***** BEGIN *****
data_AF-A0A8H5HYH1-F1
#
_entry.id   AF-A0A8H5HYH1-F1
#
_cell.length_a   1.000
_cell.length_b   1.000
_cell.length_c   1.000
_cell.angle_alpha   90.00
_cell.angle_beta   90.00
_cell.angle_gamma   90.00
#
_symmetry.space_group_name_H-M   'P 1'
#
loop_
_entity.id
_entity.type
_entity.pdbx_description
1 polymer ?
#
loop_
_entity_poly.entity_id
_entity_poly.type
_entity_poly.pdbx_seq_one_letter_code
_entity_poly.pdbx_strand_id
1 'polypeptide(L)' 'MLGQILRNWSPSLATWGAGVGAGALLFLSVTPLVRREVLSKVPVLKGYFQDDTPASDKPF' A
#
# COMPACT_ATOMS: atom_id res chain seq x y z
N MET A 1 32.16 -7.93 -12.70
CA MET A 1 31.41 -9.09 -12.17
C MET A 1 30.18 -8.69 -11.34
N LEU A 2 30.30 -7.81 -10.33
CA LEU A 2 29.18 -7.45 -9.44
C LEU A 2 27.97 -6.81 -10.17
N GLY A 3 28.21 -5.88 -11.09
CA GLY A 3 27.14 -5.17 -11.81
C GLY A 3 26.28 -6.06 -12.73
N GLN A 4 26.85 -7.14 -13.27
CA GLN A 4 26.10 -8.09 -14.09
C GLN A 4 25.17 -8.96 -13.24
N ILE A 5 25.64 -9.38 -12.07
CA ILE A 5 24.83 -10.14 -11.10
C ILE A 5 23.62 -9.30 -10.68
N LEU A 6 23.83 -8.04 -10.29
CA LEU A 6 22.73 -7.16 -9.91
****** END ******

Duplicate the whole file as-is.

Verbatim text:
data_AF-A0A8H5HYH1-F1
#
_entry.id   AF-A0A8H5HYH1-F1
#
_cell.length_a   1.000
_cell.length_b   1.000
_cell.length_c   1.000
_cell.angle_alpha   90.00
_cell.angle_beta   90.00
_cell.angle_gamma   90.00
#
_symmetry.space_group_name_H-M   'P 1'
#
loop_
_entity.id
_entity.type
_entity.pdbx_description
1 polymer ?
#
loop_
_entity_poly.entity_id
_entity_poly.type
_entity_poly.pdbx_seq_one_letter_code
_entity_poly.pdbx_strand_id
1 'polypeptide(L)' 'MLGQILRNWSPSLATWGAGVGAGALLFLSVTPLVRREVLSKVPVLKGYFQDDTPASDKPF' A
#
# COMPACT_ATOMS: atom_id res chain seq x y z
N MET A 1 32.16 -7.93 -12.70
CA MET A 1 31.41 -9.09 -12.17
C MET A 1 30.18 -8.69 -11.34
N LEU A 2 30.30 -7.81 -10.33
CA LEU A 2 29.18 -7.45 -9.44
C LEU A 2 27.97 -6.81 -10.17
N GLY A 3 28.21 -5.88 -11.09
CA GLY A 3 27.14 -5.17 -11.81
C GLY A 3 26.28 -6.06 -12.73
N GLN A 4 26.85 -7.14 -13.27
CA GLN A 4 26.10 -8.09 -14.09
C GLN A 4 25.17 -8.96 -13.24
N ILE A 5 25.64 -9.38 -12.07
CA ILE A 5 24.83 -10.14 -11.10
C ILE A 5 23.62 -9.30 -10.68
N LEU A 6 23.83 -8.04 -10.29
CA LEU A 6 22.73 -7.16 -9.91